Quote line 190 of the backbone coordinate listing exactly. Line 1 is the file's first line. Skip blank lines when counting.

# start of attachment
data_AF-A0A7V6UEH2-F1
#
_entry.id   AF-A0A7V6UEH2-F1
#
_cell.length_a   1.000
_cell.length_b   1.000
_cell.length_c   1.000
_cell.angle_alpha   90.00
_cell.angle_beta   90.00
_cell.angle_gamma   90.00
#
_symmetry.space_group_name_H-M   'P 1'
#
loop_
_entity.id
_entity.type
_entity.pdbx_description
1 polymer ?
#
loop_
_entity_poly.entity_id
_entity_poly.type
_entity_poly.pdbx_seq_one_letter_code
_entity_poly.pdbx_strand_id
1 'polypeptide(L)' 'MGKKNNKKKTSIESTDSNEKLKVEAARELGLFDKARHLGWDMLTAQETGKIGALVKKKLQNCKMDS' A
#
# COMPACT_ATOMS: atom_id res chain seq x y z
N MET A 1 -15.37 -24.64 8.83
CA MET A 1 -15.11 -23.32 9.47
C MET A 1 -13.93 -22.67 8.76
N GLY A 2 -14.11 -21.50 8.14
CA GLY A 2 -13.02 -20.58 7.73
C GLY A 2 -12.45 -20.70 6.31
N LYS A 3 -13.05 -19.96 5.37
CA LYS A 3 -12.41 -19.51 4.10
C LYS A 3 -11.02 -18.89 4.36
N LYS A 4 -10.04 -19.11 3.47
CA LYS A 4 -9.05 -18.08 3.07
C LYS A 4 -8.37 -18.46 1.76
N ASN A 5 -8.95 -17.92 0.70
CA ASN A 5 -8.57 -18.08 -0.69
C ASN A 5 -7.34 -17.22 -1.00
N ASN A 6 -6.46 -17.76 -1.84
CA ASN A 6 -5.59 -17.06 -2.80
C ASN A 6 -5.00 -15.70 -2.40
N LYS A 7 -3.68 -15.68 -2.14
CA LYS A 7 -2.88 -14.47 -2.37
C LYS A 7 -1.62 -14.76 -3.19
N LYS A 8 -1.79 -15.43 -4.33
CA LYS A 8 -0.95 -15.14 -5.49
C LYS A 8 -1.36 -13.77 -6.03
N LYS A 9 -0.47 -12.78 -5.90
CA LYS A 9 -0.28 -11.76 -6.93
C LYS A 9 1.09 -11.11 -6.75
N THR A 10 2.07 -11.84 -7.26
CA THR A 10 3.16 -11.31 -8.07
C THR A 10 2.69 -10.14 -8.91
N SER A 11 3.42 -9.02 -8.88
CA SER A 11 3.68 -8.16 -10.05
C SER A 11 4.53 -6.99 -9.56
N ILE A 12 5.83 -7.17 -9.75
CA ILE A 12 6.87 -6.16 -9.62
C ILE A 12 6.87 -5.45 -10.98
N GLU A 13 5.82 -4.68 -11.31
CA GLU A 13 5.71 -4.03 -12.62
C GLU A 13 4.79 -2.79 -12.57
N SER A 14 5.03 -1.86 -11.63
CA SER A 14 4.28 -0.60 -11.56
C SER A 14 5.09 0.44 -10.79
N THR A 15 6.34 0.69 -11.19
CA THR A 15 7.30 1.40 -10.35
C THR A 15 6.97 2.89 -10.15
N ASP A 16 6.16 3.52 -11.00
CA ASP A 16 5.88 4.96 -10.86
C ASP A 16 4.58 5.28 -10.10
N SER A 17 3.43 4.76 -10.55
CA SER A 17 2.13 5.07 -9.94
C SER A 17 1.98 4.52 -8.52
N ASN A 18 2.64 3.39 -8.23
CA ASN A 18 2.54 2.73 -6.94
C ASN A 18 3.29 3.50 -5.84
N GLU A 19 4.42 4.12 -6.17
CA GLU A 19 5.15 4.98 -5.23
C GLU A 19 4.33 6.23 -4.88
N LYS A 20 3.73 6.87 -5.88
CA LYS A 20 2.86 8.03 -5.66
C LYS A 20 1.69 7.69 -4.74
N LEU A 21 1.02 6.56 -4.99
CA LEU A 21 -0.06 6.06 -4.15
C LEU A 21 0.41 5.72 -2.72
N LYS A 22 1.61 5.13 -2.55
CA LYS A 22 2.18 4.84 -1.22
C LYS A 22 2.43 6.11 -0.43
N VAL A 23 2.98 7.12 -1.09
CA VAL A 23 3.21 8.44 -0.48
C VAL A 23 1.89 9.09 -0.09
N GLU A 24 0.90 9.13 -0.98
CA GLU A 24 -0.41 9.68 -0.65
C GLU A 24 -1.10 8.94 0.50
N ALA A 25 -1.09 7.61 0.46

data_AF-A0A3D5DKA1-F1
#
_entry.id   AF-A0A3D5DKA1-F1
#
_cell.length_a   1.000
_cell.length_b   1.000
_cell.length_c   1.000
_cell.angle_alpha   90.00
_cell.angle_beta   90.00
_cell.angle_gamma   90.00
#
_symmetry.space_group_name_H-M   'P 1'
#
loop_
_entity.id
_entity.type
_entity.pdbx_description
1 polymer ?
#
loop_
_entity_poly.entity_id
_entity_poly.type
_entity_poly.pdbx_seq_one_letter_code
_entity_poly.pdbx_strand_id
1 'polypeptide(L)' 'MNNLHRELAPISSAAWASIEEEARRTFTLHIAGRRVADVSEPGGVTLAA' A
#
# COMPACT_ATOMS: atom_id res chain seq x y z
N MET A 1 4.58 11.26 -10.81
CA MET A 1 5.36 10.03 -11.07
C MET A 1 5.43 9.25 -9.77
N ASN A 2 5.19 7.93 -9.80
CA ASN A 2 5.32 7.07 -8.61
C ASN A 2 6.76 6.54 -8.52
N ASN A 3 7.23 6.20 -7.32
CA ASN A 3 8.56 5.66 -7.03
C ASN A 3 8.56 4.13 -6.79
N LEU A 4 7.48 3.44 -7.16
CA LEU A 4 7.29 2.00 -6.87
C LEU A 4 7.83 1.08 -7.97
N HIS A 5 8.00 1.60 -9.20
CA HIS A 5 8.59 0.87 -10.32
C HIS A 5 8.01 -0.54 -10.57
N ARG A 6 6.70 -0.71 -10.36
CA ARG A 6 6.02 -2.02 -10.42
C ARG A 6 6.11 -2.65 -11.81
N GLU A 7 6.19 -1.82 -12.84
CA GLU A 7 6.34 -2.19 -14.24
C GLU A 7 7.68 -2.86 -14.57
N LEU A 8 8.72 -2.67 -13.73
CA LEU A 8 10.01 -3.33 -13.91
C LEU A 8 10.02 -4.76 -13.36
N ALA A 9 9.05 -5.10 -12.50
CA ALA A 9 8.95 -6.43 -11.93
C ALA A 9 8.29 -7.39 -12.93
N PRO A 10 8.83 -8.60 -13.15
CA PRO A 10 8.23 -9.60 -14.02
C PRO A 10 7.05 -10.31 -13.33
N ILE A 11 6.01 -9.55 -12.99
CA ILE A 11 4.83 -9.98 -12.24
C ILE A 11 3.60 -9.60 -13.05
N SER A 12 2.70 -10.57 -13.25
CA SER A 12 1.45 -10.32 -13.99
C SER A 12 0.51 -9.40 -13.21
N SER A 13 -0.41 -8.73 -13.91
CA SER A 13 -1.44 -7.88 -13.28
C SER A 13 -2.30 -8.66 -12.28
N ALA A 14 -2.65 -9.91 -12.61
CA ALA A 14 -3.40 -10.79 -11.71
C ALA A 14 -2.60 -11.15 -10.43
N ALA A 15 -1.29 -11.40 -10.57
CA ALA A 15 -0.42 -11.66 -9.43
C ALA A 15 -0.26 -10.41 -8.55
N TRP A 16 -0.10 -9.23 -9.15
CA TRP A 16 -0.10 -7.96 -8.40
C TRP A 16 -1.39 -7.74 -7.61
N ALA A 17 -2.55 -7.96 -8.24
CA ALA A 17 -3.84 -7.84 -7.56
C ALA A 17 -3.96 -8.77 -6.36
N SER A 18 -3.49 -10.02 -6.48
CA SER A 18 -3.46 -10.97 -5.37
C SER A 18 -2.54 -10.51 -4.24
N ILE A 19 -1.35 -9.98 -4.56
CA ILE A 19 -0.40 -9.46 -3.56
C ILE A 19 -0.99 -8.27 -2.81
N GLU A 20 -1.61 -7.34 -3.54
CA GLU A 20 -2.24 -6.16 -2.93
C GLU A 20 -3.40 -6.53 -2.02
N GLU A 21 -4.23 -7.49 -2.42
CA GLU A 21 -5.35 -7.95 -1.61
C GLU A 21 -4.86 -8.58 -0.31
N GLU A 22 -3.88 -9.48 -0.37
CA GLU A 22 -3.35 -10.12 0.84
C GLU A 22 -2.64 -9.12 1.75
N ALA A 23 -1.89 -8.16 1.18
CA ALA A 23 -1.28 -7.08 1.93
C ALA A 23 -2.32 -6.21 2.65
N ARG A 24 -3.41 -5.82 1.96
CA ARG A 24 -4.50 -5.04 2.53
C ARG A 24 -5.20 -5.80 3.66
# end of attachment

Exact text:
C GLU A 21 -4.86 -8.58 -0.31